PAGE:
My ten cent ADS-B antenna replaces the RTL-SDR stock antenna. Amazingly, it doubles my coverage of aircraft flying around Calgary.
I thought I would do some cheap experiments to see if I could improve on my initial ADS-B tracking system. I built this experimental ground plane antenna using a Pepsi can. No, it does not have to be a Pepsi can. That is simply my beverage of choice. A Coke or beer can would work just as well, as long as it is made of aluminum.
By making an antenna tuned to 1090 MHz, I obtained three coverage improvements. All of these result from increased signal reception.
- Better coverage of take off and landing. With the old antenna, I lost aircraft signals around 1500 feet above ground when the planes were landing. With the new antenna, I get coverage down to ground level.
- Better medium altitude coverage. The new antenna fills in gaps and provides solid coverage out to 40 nautical miles.
- Better high altitude coverage. This almost doubled. To the north, which is the clearest direction, I can see high altitude flights almost all the way to Edmonton. To the east, Saskatchewan.
The dark circles on the map are at 40, 80 and 120 nautical mile radius.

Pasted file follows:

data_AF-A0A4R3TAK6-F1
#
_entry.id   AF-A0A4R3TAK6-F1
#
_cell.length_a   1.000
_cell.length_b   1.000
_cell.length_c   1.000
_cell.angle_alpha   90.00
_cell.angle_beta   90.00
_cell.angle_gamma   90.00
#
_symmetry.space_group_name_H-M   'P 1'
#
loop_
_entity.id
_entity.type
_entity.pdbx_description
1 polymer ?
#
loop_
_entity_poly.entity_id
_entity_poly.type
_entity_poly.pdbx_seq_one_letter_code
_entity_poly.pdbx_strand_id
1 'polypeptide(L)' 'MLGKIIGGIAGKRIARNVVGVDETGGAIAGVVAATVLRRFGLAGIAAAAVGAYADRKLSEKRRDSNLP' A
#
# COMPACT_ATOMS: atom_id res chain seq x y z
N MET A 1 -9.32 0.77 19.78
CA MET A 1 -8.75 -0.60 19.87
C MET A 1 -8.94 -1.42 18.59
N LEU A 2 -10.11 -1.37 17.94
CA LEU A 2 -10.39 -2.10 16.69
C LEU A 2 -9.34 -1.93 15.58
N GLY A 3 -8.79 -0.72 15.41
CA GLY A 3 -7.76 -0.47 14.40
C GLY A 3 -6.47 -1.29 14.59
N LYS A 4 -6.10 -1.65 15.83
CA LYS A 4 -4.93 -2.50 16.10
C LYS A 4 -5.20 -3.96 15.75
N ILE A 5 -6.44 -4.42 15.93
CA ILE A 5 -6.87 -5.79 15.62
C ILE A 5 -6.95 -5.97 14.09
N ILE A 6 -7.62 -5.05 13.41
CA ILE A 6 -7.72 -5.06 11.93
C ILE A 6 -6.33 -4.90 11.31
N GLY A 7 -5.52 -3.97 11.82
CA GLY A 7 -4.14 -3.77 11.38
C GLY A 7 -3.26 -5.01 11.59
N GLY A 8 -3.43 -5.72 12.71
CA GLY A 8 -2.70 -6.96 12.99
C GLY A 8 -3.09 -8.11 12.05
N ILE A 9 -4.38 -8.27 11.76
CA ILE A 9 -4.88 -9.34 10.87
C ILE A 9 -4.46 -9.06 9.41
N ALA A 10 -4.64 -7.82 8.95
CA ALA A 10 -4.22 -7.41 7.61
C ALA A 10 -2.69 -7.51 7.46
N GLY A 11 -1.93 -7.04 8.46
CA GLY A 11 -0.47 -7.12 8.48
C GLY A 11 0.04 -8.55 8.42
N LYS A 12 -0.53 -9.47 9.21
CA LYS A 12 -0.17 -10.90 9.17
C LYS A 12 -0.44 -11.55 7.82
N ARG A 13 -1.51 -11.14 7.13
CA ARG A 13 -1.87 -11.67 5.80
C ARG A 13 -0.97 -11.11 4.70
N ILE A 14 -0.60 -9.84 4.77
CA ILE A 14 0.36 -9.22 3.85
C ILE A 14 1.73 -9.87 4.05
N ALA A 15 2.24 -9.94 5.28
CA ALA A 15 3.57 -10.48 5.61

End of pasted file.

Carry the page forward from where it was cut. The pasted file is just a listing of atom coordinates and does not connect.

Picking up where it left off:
Putting Together the Ten Cent ADS-B Antenna
I call this the ten cent ADS-B antenna because that is the deposit I gave up by not recycling the Pepsi can. Every thing else was in my junk box. Aside from the can, the parts are an F-type bulkhead connector, a small piece of wire and an RG-6 coaxial cable.
Just to be clear, I take no credit for invention. You can find detailed DIY instructions on ADS-B Exchange. But there is really no magic here. Any radio person knows how to design and build a ground plane antenna. In this case, we use the aluminum can as the ground plane. The short piece of wire fits into the center for the F-type connector. The F-type bulkhead connector gets tightened down through a hole in the bottom of the Pepsi can. Be careful when you cut the can, though: the edges are sharp.
If you cut the aluminum can and short wire to around 70 millimeters, you end up with a properly designed ground plane antenna for 1090 MHz. Its impedance is probably around 50 ohms. This is a slight mismatch for the 75 ohm receiving system, but close enough.